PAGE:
The online speculation over Dr Dao’s mental health demonstrates a level of indifference and desensitisation to the erosion of civil liberties and the militarisation of law enforcement. It appeared the passengers on the flight were far more concerned for his wellbeing that day than many on the internet who interpreted his resistance as a sign of mental illness. We should be questioning why the other three passengers were so quickly prepared to part with their consumer freedoms, (let alone their rights as citizens and residents to travel safely and free of the fear of molestation). We should question our own questioning as to why we think the events that unfolded were somehow his fault.
United and the Chicago Department of Aviation could have handled this a handful of different ways that would have prevented the situation from escalation: The randomly selected customers could have been called to the gate to duke it out with airline staff in the boarding area instead of on the frigging plane. United could have upped its offer to something reasonable, say: a free ticket on the next available flight, free accomodation, food and $1000 for the passengers’ inconvenience. It could have found a smaller aircraft or other flights for its four crew members whose lateness in the first place seems to have been at least a contributing factor to the incident.
What’s worse is that the dissection of what went down that day moves us farther and farther away from the heart of this issue and it dilutes our concern for Dr Dao’s well-being. As a doctor he has an ethic of care, which is why he put his patients over his personal safety. United has an ethic of care and a consumer code which it violated. The Press has a duty of care and an obligation to do no harm.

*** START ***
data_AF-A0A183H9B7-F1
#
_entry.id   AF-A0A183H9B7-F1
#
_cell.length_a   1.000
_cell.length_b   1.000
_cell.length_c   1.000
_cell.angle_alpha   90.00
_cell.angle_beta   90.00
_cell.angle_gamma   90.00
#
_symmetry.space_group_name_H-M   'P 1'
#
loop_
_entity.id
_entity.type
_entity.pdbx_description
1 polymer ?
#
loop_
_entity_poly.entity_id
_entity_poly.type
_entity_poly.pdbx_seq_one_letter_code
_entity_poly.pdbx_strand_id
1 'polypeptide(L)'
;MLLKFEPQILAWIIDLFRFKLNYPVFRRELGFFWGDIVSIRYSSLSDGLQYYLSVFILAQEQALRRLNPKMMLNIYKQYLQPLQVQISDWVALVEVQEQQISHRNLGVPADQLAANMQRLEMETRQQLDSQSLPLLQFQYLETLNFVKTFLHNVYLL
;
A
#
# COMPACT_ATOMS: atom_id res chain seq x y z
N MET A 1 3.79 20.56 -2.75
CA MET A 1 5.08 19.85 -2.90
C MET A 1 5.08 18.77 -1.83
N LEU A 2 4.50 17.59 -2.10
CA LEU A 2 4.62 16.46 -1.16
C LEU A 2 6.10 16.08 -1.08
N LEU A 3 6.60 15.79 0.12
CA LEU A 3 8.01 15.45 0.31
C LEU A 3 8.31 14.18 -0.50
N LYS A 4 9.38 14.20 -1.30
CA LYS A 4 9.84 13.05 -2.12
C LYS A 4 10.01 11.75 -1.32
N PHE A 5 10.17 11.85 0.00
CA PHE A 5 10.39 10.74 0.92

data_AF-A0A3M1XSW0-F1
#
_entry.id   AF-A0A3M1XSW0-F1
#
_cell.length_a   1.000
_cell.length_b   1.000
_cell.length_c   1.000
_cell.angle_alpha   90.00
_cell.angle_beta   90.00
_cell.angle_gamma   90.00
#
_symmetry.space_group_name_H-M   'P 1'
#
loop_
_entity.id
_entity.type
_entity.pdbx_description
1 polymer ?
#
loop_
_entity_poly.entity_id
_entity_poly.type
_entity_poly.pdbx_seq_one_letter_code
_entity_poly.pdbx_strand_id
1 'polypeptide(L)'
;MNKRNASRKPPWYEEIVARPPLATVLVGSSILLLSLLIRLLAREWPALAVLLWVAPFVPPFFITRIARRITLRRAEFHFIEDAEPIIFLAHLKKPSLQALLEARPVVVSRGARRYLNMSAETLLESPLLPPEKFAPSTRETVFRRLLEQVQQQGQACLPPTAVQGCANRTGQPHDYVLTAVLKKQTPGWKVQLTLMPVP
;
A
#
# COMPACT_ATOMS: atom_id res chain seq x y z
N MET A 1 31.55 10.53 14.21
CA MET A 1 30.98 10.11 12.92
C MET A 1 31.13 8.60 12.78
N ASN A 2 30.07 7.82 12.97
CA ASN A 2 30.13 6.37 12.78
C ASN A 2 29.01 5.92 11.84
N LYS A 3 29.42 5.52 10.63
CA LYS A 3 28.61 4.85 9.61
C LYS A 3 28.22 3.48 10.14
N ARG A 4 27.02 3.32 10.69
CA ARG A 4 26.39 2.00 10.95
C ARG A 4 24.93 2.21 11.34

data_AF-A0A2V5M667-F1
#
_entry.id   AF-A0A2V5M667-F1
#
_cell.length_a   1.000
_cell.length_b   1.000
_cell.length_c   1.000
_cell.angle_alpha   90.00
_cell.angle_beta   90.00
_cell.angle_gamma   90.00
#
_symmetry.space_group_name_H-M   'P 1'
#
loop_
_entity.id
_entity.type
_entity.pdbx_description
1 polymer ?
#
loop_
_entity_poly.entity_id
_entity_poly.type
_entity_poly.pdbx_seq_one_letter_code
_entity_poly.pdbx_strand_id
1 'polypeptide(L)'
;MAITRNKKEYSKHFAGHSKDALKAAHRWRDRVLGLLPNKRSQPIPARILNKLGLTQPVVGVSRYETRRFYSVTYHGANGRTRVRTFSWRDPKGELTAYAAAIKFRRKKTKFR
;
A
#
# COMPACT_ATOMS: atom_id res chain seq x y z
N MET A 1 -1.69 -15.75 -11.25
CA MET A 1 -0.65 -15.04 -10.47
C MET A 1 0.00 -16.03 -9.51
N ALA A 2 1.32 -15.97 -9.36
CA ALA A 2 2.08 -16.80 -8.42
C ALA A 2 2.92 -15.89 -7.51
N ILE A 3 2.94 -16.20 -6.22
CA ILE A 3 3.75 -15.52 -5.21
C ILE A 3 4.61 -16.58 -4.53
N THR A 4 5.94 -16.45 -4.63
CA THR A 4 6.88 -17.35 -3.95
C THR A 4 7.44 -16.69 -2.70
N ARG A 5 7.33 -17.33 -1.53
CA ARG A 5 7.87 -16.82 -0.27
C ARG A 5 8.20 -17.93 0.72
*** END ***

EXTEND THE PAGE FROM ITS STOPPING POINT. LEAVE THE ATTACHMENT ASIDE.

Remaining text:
You can come at me all you want over the conflicting registration documents, but my research proved many outlets hadn’t done theirs. But I wouldn’t have needed any documents to assert defamation. And if it means that a single journalist went back and checked their facts and sources, then my job here is done. But at least I didn’t repeat slanderous claims that used Dr Dao’s personal sexual history as justification for his brutal assault by the Chicago Aviation officers.
Truth may be a defence to defamation but significant harm was done to Dr Dao’s emotional and mental well-being. His name will forever be associated with humiliation and shame which was compounded that day by trigger happy publications which happily contributed to the normalisation of violence and the militarisation of law-enforcement in defence of corporate profits.
And it seems that many of us are, in fact, ok with this.
We all accepted a little part of that lie on Friday. In the words of John Birmingham: “the fact that the media accepted that lie, and accepted the even greater lie that the airline, any airline, could do as it damn well pleased, shows how passive and accepting of our own powerlessness we’ve become.”
Claire Connelly is working on her first book, How The World Really Works, a guide to recognising rhetorical red flags and immunising yourself against bullshit. You should definitely buy it when it comes out. A podcast of the same name will also be launching in the coming months. Stay tuned. In the meantime, for the cost of one cup of coffee a month, you too can support independent journalism. Damn the man. Save the Fourth Estate!